“What do you think?” Varis asked, as we stood around the vardo, off to the side while Ana tried to treat the halfling’s wounds.
“Ana says she felt no deception from him,” Demarra said. “All I can feel from him is a feeble trembling of hope.” She clucked her tongue. “Such a sad life it seems he’s had.”
“He approached me nearly unnoticed,” Aurora said. “If he can do that, he can hide his nature from our truth-seeker. I do not trust him.”
“He asks our help,” Silva said. “We must—“
“His first action in our camp was to try to take my knife!” Aurora snapped. “He reeks of forgesmoke and iron. That means dwarves.” She spat the last word, like it left a bad taste in her mouth.
“Do I detect some dislike of the stone born?” Gilliam asked.
“Kuric and Durin were both quite likeable,” Varis said. “I haven’t had anything but honest dealings with any other dwarf, either.”
“They are covetous, dark-hearted, scheming little—“
Gilliam snorted. “Best measure yourself against the door post before you call anyone ‘little,’ my little friend.”
She glowered up at the warrior. “Just because I tolerate you doesn’t mean I like you.”
“You love me,” he said with a grin.
“You confuse me with the demon-addled copy of my twin.”
Varis cleared his throat.
“My knowledge of the roads and trails only goes so far,” Demarra said. “If it is not a path Zirchev or another Darine has not already tread, I can not find it. We do not travel many mountain passes.”
Aurora’s eyes narrowed a bit. “You said you would find me the fastest route in pursuit of the man and his demon.”
Demarra nodded. “And this, I am doing. But once they enter the Cruth, I can help you no longer.” She shrugged. “But perhaps that one can.” She pointed past us, to where Ana sat by our visitor.
“No,” Aurora said. “Absolutely not.”
The cleric of the flame waved us over. “You need to hear this,” she said. To Pyrklist, she said “Go on, tell them what you just told me. After you finish chewing.”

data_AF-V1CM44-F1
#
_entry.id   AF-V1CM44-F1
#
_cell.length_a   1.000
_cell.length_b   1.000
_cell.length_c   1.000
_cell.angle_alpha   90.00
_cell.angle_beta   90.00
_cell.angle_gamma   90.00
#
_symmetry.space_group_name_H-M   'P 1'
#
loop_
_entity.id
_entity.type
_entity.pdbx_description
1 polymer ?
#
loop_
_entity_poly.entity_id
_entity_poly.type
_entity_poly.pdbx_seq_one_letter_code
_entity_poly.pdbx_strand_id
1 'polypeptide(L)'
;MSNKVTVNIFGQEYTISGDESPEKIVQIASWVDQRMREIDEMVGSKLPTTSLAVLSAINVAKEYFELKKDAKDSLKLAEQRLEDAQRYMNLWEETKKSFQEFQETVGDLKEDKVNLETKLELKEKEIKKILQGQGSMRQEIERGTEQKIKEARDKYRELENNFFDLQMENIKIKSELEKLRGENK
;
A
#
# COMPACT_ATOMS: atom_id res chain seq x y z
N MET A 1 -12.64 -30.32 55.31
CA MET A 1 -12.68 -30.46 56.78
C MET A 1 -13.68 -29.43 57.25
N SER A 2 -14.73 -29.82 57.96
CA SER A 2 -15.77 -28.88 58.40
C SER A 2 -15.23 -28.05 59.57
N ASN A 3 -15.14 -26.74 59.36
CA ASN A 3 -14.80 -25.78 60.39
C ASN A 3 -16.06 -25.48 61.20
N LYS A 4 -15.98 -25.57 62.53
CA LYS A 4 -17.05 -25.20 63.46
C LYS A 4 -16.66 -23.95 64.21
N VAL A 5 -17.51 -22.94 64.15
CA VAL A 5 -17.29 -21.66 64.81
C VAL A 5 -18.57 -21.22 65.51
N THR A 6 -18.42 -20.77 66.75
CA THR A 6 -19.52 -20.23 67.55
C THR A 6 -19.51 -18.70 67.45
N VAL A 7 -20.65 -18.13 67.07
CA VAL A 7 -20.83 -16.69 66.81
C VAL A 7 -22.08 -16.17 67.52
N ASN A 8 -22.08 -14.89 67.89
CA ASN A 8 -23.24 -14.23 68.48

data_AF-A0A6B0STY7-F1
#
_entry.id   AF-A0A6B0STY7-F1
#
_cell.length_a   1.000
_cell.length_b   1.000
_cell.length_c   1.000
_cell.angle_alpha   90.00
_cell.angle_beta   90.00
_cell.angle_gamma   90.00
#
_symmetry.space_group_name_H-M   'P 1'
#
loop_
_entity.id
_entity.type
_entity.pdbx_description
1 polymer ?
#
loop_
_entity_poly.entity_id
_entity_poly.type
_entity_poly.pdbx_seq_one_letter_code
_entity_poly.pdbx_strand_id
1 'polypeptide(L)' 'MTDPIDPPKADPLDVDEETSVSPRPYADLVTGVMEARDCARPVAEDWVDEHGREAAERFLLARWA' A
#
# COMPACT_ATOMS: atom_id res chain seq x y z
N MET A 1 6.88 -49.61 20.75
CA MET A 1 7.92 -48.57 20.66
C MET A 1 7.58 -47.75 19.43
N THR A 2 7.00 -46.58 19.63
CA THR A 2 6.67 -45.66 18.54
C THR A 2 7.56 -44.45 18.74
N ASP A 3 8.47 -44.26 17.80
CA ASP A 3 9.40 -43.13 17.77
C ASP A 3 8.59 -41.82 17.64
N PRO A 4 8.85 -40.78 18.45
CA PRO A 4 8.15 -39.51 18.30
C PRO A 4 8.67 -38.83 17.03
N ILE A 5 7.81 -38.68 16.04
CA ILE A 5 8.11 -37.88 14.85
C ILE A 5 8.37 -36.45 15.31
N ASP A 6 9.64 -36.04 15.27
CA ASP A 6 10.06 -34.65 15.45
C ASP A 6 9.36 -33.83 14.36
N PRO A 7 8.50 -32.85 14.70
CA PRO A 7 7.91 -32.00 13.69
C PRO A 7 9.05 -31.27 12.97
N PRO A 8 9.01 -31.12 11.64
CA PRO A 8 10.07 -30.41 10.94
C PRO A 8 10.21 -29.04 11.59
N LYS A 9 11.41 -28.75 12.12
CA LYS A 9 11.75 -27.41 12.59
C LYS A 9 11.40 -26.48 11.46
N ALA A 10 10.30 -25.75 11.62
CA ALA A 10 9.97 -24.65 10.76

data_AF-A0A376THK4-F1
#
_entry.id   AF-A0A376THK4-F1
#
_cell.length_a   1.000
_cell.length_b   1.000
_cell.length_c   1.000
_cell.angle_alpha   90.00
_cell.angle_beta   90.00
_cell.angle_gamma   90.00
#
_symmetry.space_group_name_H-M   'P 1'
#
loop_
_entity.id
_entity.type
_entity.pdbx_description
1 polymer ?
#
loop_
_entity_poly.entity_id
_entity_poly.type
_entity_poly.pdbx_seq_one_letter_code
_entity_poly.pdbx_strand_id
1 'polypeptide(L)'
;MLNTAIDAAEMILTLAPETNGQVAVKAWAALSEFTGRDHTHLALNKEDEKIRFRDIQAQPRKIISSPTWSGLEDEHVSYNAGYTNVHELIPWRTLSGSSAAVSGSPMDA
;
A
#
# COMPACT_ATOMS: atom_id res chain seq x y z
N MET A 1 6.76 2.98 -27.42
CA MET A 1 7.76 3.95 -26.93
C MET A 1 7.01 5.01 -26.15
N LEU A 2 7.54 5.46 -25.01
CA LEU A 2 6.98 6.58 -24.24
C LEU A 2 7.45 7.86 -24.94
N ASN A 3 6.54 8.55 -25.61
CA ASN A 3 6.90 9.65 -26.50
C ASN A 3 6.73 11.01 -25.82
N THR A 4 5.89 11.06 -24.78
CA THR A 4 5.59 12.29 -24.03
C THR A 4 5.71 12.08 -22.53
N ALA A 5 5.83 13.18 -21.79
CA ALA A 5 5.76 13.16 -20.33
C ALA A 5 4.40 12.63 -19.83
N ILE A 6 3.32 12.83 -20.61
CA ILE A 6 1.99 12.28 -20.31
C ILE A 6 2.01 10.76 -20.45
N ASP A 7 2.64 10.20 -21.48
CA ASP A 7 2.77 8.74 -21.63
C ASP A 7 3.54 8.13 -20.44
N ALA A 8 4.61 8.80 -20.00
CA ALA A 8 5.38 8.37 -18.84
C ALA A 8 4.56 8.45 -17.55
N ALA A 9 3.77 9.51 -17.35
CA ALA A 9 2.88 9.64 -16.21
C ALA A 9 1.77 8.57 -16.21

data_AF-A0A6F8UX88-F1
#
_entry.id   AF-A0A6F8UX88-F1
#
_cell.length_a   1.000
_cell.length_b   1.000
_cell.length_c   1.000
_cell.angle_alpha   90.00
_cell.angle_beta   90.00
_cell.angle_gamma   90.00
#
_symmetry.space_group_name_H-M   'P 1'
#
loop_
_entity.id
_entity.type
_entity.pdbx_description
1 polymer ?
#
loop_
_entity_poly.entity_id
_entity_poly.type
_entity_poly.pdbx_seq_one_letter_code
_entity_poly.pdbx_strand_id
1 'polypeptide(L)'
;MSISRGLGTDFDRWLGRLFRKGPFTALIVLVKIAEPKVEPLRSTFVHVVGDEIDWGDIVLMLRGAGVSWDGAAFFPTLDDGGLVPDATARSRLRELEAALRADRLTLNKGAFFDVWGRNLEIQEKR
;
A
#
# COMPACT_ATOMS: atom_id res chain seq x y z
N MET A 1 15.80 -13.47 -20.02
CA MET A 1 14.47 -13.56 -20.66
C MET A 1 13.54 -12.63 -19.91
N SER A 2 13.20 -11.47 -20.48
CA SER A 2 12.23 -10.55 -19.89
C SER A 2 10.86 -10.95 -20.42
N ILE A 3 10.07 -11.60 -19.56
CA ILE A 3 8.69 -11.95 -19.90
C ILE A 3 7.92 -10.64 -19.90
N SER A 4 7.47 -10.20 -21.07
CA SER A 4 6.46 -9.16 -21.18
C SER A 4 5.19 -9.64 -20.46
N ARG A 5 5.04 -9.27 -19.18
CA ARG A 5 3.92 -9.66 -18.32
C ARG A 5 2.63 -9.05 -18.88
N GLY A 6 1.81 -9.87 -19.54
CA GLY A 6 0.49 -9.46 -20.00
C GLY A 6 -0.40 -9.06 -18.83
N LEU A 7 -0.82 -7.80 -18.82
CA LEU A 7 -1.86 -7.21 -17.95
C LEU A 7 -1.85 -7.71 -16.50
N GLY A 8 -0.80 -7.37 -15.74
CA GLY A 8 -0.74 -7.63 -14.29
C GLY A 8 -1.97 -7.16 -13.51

The halfling’s cheeks bulged, and the rest of us settled by the fireside as he chewed. Aurora descended the steps, but kept a sword’s length between herself and our guest. Silva stayed just behind her sister’s shoulder.
“Docrae? Atra?” she asked, but Aurora shook her head.
“This one— Pyrklist,” the halfling caught himself, and his voice wavered slightly as he pronounced his name — “fled, down the mountains, across the wide, cold water. Orc, goblins, the Gorsfotar, they are cruel, they do not help the hara’khen, but exchange us to the Tarsfotar for the very klistdens we mine.”
“Tell them what caused the cave-in in your mine,” Ana prodded.
“There were two, a man and his dottir. He claimed she was ill, and the Tarsfotar had stones that could soothe her fever. The Tarsfotar laughed. The man made jest. Pyrklist knows the stones are not of a magic that heals. They must remain within the mines. They are tribute to the Karrnath, and cannot be tainted by the touch of Man, and certainly not by such a sickly dottir. The Tarsfotar would sooner expose the khurdenklist to the skies and the hated Syharwehrf.”